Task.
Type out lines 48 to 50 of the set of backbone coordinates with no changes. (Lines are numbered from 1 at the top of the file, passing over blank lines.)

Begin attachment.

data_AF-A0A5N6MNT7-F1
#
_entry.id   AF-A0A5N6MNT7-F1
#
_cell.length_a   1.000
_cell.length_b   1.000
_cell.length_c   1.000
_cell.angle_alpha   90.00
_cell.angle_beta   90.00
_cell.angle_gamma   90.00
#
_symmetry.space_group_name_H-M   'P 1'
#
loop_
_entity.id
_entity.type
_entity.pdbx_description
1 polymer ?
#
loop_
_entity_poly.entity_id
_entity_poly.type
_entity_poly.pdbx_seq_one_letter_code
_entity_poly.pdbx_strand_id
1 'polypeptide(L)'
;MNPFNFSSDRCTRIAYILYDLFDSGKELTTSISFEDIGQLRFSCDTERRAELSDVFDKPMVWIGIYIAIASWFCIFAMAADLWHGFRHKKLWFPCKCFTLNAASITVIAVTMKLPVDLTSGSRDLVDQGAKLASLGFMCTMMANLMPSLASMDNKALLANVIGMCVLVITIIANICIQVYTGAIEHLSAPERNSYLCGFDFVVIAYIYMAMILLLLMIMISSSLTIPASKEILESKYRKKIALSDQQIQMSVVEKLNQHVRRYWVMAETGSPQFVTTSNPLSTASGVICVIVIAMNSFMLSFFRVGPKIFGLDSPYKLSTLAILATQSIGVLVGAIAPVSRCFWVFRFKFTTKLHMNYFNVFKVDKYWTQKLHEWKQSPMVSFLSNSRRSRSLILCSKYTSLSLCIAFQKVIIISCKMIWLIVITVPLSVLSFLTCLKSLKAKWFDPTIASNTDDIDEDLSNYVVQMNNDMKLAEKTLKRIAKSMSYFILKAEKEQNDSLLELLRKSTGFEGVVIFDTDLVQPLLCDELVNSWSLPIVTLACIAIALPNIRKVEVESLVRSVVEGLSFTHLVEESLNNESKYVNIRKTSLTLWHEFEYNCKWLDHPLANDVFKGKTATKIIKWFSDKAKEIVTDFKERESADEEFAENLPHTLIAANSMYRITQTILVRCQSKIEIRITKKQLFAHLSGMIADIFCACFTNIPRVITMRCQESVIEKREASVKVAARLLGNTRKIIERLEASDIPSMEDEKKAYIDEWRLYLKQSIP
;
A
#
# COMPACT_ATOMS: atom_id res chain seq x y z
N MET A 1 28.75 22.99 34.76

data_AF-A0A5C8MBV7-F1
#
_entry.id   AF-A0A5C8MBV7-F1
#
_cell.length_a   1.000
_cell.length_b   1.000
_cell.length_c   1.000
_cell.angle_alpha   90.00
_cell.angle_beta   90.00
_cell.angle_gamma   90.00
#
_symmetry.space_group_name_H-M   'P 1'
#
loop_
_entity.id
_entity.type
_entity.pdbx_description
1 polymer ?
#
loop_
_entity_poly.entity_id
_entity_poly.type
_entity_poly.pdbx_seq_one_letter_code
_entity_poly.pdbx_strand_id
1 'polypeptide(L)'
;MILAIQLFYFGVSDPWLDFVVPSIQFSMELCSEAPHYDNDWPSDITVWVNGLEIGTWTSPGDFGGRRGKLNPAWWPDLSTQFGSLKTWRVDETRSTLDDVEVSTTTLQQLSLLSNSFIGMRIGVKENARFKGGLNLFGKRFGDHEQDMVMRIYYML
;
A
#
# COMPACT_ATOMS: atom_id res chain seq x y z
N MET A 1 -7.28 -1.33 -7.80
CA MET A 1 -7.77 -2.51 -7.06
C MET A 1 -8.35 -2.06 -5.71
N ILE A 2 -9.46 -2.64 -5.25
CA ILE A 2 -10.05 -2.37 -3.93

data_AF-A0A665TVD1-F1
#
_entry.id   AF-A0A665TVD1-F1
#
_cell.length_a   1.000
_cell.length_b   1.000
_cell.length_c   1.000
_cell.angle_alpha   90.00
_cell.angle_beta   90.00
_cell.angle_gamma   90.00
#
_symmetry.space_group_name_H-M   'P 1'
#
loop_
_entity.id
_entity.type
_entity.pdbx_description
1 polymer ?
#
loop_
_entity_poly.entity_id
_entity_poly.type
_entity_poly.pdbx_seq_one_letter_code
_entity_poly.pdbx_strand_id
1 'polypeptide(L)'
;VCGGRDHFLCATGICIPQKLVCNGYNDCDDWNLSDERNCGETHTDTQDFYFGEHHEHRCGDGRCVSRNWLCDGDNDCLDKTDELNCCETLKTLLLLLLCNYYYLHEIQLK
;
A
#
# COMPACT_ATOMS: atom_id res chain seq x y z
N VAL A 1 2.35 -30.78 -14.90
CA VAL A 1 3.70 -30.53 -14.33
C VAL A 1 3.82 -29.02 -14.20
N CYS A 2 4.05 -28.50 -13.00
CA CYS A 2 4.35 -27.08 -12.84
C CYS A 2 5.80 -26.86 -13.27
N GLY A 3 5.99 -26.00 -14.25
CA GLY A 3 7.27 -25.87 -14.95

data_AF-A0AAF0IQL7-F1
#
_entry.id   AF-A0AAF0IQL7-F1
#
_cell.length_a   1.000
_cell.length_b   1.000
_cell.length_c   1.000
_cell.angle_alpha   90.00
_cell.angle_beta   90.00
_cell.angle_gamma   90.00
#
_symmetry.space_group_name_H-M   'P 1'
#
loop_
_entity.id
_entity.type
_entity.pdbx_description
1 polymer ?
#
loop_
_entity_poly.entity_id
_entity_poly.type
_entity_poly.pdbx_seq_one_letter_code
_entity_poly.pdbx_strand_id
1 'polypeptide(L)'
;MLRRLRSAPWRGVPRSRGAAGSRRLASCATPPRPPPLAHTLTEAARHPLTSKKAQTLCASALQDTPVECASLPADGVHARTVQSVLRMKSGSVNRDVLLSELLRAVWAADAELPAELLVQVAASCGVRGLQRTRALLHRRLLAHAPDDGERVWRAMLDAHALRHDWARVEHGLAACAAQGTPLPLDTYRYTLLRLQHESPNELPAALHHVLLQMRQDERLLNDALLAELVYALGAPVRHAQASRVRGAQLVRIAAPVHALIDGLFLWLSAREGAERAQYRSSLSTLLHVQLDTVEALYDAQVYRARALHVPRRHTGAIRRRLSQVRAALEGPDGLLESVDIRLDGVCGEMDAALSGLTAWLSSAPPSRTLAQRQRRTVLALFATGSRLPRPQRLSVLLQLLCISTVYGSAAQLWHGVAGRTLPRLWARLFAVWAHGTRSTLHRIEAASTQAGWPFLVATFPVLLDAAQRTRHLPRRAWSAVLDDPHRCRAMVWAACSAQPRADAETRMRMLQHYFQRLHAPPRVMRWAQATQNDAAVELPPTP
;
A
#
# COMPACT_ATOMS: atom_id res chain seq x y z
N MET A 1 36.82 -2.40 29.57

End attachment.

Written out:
_entity.pdbx_description
1 polymer ?
#